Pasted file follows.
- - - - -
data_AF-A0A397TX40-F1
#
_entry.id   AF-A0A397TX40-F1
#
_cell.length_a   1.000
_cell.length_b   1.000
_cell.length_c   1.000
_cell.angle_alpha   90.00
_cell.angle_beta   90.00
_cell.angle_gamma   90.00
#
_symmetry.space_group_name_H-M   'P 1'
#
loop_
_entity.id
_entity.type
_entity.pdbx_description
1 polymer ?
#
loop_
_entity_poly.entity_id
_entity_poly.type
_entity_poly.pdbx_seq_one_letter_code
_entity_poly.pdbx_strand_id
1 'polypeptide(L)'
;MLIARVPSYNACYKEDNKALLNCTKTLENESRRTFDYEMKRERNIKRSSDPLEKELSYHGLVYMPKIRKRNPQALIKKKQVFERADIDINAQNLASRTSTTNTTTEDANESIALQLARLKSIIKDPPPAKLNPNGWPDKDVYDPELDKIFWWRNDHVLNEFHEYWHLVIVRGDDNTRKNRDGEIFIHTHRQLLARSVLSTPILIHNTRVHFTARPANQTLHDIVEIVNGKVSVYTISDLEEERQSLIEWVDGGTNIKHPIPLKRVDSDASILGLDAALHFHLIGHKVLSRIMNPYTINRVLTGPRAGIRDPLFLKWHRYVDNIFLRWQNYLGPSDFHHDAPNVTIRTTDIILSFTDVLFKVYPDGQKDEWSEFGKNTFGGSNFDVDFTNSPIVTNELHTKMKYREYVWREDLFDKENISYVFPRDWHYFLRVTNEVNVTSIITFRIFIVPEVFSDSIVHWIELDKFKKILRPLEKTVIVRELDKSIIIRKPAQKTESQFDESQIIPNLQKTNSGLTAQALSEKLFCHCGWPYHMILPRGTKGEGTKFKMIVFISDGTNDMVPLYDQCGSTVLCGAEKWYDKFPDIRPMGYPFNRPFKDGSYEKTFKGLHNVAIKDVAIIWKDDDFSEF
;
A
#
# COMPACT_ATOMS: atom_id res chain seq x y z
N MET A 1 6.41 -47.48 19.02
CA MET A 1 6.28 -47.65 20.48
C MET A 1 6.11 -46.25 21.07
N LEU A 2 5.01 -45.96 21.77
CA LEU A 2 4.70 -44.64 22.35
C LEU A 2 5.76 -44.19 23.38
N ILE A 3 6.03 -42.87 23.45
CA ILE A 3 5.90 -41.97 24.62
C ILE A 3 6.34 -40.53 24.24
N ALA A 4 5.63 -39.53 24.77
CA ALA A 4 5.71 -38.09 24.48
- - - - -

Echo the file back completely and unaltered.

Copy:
data_AF-A0A397TX40-F1
#
_entry.id   AF-A0A397TX40-F1
#
_cell.length_a   1.000
_cell.length_b   1.000
_cell.length_c   1.000
_cell.angle_alpha   90.00
_cell.angle_beta   90.00
_cell.angle_gamma   90.00
#
_symmetry.space_group_name_H-M   'P 1'
#
loop_
_entity.id
_entity.type
_entity.pdbx_description
1 polymer ?
#
loop_
_entity_poly.entity_id
_entity_poly.type
_entity_poly.pdbx_seq_one_letter_code
_entity_poly.pdbx_strand_id
1 'polypeptide(L)'
;MLIARVPSYNACYKEDNKALLNCTKTLENESRRTFDYEMKRERNIKRSSDPLEKELSYHGLVYMPKIRKRNPQALIKKKQVFERADIDINAQNLASRTSTTNTTTEDANESIALQLARLKSIIKDPPPAKLNPNGWPDKDVYDPELDKIFWWRNDHVLNEFHEYWHLVIVRGDDNTRKNRDGEIFIHTHRQLLARSVLSTPILIHNTRVHFTARPANQTLHDIVEIVNGKVSVYTISDLEEERQSLIEWVDGGTNIKHPIPLKRVDSDASILGLDAALHFHLIGHKVLSRIMNPYTINRVLTGPRAGIRDPLFLKWHRYVDNIFLRWQNYLGPSDFHHDAPNVTIRTTDIILSFTDVLFKVYPDGQKDEWSEFGKNTFGGSNFDVDFTNSPIVTNELHTKMKYREYVWREDLFDKENISYVFPRDWHYFLRVTNEVNVTSIITFRIFIVPEVFSDSIVHWIELDKFKKILRPLEKTVIVRELDKSIIIRKPAQKTESQFDESQIIPNLQKTNSGLTAQALSEKLFCHCGWPYHMILPRGTKGEGTKFKMIVFISDGTNDMVPLYDQCGSTVLCGAEKWYDKFPDIRPMGYPFNRPFKDGSYEKTFKGLHNVAIKDVAIIWKDDDFSEF
;
A
#
# COMPACT_ATOMS: atom_id res chain seq x y z
N MET A 1 6.41 -47.48 19.02
CA MET A 1 6.28 -47.65 20.48
C MET A 1 6.11 -46.25 21.07
N LEU A 2 5.01 -45.96 21.77
CA LEU A 2 4.70 -44.64 22.35
C LEU A 2 5.76 -44.19 23.38
N ILE A 3 6.03 -42.87 23.45
CA ILE A 3 5.90 -41.97 24.62
C ILE A 3 6.34 -40.53 24.24
N ALA A 4 5.63 -39.53 24.77
CA ALA A 4 5.71 -38.09 24.48